Any consumer that is thinking of enrolling in any debt settlement program before the new rules take effect on October 27, 2010 needs to be aware, after that date a debt settlement company can not charge you a fee before actually reaching a written agreement with your creditor.
Currently most of the debt settlement industry charges 15% of the debt enrolled into the debt settlement program with the first few payments going straight to fees and then a portion of the monthly payment going towards fees. Debt settlement companies also mark up the cost of the escrow services they partner with.
The Federal Trade Commission found that the vast majority of claims made by debt settlement companies regarding the following is unfair, deceptive and abusive.
- settlement percentages;
- success rates;
- creditors will not charge interest once enrolled;
- collection activity will stop;
- you will not be sued;
- wages will not be garnished;
- and the front loaded fees they charge now.
- the consumer must execute a debt relief agreement with the creditor or debt collector;
- the consumer must make at least one payment pursuant to that agreement to the creditor; and
- the fee must be proportional, i.e., the fee must bear the same proportional relationship to the total fee for settling the entire debt balance as the individual debt amount bears to the entire debt amount (the “individual debt amount” and the “entire debt amount” refer to what the consumer owed at the time her or she enrolled the debt in the program); in other words, if the provider settles a proportion of a consumer’s total debt enrolled in the program, it may get that same proportion of the total fee. Alternatively, if the provider bases its fee on the percentage of what the consumer saves as result of using its services, the percentage charged must be the same for each of the consumer’s debts.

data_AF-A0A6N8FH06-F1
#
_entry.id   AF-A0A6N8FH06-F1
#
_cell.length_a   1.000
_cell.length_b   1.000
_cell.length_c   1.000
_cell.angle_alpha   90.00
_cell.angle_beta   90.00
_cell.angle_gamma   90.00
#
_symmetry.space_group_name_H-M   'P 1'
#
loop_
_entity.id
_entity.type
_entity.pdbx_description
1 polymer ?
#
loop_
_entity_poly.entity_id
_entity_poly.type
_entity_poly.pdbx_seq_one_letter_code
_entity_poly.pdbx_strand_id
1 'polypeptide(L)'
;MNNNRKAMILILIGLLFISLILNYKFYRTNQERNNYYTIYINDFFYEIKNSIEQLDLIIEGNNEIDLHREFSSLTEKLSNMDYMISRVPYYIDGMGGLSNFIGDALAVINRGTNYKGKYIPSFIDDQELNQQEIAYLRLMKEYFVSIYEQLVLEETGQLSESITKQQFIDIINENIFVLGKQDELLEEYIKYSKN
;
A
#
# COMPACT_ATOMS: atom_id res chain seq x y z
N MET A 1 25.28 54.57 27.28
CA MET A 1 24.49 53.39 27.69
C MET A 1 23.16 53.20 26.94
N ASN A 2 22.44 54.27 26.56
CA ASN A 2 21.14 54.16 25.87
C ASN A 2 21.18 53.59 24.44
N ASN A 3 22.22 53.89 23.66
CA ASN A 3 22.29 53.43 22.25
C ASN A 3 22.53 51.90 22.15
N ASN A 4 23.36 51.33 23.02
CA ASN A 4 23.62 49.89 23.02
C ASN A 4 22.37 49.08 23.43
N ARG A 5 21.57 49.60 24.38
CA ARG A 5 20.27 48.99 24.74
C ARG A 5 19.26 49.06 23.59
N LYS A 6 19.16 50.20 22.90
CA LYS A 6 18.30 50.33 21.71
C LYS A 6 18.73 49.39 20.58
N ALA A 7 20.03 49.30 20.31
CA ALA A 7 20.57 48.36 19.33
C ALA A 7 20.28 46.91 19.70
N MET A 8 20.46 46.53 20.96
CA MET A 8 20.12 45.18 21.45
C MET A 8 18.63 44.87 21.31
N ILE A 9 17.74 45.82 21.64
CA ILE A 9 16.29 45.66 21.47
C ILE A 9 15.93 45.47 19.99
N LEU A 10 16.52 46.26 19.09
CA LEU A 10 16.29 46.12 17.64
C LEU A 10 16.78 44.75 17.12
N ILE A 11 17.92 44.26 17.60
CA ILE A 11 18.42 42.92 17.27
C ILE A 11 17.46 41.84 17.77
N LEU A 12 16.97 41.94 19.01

The debt settlement program will need to make the following disclosures in a way you see them and preferably agree to them.
- the amount of time necessary to achieve the represented results;
- the amount of savings needed before the settlement of a debt;
- if the debt relief program includes advice or instruction to consumers not to make timely payments to creditors, that the program may affect the consumer’s creditworthiness, result in collection efforts, and increase the amount the consumer owes due to late fees and interest; and
if the debt relief service provider requests or requires the customer to place funds in a dedicated bank account at an insured financial institution, that the customer owns the funds held in the account, may withdraw from the debt relief service at any time without penalty, and then may receive all of the funds in the account.
You also need to be aware:
- that creditors may pursue collection efforts pending the completion of the debt relief service (which has been combined with another required disclosure);
- that any savings from the debt relief program may be taxable income; and
- that not all creditors will accept a reduction in the amount owed.
Between now and the effective date of the new rules I fully expect debt settlement companies to sell as many people as possible into a non-conforming debt settlement programs in order to collect as many fees and revenue as possible, before they can’t.
Any contract for debt settlement services that does not conform to the new rules entered before October 27, 2010 will continue after the effective date and those agreements have already been determined by the FTC to be deceptive and abusive.
Any money you pay to a debt settlement company in advance of them actually settling a debt for you will most likely be lost when the debt settlement company goes bankrupt if they have not already adopted the new rules and fee collection approach.